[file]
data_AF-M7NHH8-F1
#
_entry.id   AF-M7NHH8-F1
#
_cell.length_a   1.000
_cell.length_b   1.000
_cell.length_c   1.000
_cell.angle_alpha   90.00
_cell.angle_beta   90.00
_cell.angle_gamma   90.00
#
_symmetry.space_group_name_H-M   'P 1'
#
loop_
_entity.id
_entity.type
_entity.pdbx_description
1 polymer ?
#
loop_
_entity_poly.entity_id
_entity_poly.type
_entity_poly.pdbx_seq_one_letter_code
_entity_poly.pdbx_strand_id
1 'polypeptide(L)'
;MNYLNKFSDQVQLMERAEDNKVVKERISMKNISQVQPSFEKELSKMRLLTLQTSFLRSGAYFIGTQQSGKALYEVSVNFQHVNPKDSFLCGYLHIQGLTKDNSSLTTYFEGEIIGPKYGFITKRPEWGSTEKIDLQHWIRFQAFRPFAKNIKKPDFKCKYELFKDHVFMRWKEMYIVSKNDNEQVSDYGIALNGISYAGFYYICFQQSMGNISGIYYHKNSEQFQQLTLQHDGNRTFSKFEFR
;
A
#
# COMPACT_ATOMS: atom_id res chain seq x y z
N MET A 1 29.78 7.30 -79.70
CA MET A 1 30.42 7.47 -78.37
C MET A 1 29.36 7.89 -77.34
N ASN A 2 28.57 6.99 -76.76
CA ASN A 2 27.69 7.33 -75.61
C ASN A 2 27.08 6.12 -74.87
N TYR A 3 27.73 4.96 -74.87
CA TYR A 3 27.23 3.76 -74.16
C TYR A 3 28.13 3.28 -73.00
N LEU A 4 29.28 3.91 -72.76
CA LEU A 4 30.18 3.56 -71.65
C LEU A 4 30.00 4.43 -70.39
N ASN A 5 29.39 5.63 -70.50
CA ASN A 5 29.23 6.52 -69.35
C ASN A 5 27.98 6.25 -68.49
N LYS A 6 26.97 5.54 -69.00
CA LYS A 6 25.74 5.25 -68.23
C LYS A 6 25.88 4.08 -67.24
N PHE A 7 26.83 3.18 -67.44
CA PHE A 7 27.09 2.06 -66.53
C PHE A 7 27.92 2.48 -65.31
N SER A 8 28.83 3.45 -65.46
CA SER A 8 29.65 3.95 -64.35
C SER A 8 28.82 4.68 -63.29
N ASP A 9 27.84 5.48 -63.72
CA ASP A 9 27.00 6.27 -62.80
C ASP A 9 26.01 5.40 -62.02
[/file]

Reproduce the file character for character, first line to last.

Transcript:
data_AF-M7NHH8-F1
#
_entry.id   AF-M7NHH8-F1
#
_cell.length_a   1.000
_cell.length_b   1.000
_cell.length_c   1.000
_cell.angle_alpha   90.00
_cell.angle_beta   90.00
_cell.angle_gamma   90.00
#
_symmetry.space_group_name_H-M   'P 1'
#
loop_
_entity.id
_entity.type
_entity.pdbx_description
1 polymer ?
#
loop_
_entity_poly.entity_id
_entity_poly.type
_entity_poly.pdbx_seq_one_letter_code
_entity_poly.pdbx_strand_id
1 'polypeptide(L)'
;MNYLNKFSDQVQLMERAEDNKVVKERISMKNISQVQPSFEKELSKMRLLTLQTSFLRSGAYFIGTQQSGKALYEVSVNFQHVNPKDSFLCGYLHIQGLTKDNSSLTTYFEGEIIGPKYGFITKRPEWGSTEKIDLQHWIRFQAFRPFAKNIKKPDFKCKYELFKDHVFMRWKEMYIVSKNDNEQVSDYGIALNGISYAGFYYICFQQSMGNISGIYYHKNSEQFQQLTLQHDGNRTFSKFEFR
;
A
#
# COMPACT_ATOMS: atom_id res chain seq x y z
N MET A 1 29.78 7.30 -79.70
CA MET A 1 30.42 7.47 -78.37
C MET A 1 29.36 7.89 -77.34
N ASN A 2 28.57 6.99 -76.76
CA ASN A 2 27.69 7.33 -75.61
C ASN A 2 27.08 6.12 -74.87
N TYR A 3 27.73 4.96 -74.87
CA TYR A 3 27.23 3.76 -74.16
C TYR A 3 28.13 3.28 -73.00
N LEU A 4 29.28 3.91 -72.76
CA LEU A 4 30.18 3.56 -71.65
C LEU A 4 30.00 4.43 -70.39
N ASN A 5 29.39 5.63 -70.50
CA ASN A 5 29.23 6.52 -69.35
C ASN A 5 27.98 6.25 -68.49
N LYS A 6 26.97 5.54 -69.00
CA LYS A 6 25.74 5.25 -68.23
C LYS A 6 25.88 4.08 -67.24
N PHE A 7 26.83 3.18 -67.44
CA PHE A 7 27.09 2.06 -66.53
C PHE A 7 27.92 2.48 -65.31
N SER A 8 28.83 3.45 -65.46
CA SER A 8 29.65 3.95 -64.35
C SER A 8 28.82 4.68 -63.29
N ASP A 9 27.84 5.48 -63.72
CA ASP A 9 27.00 6.27 -62.80
C ASP A 9 26.01 5.40 -62.02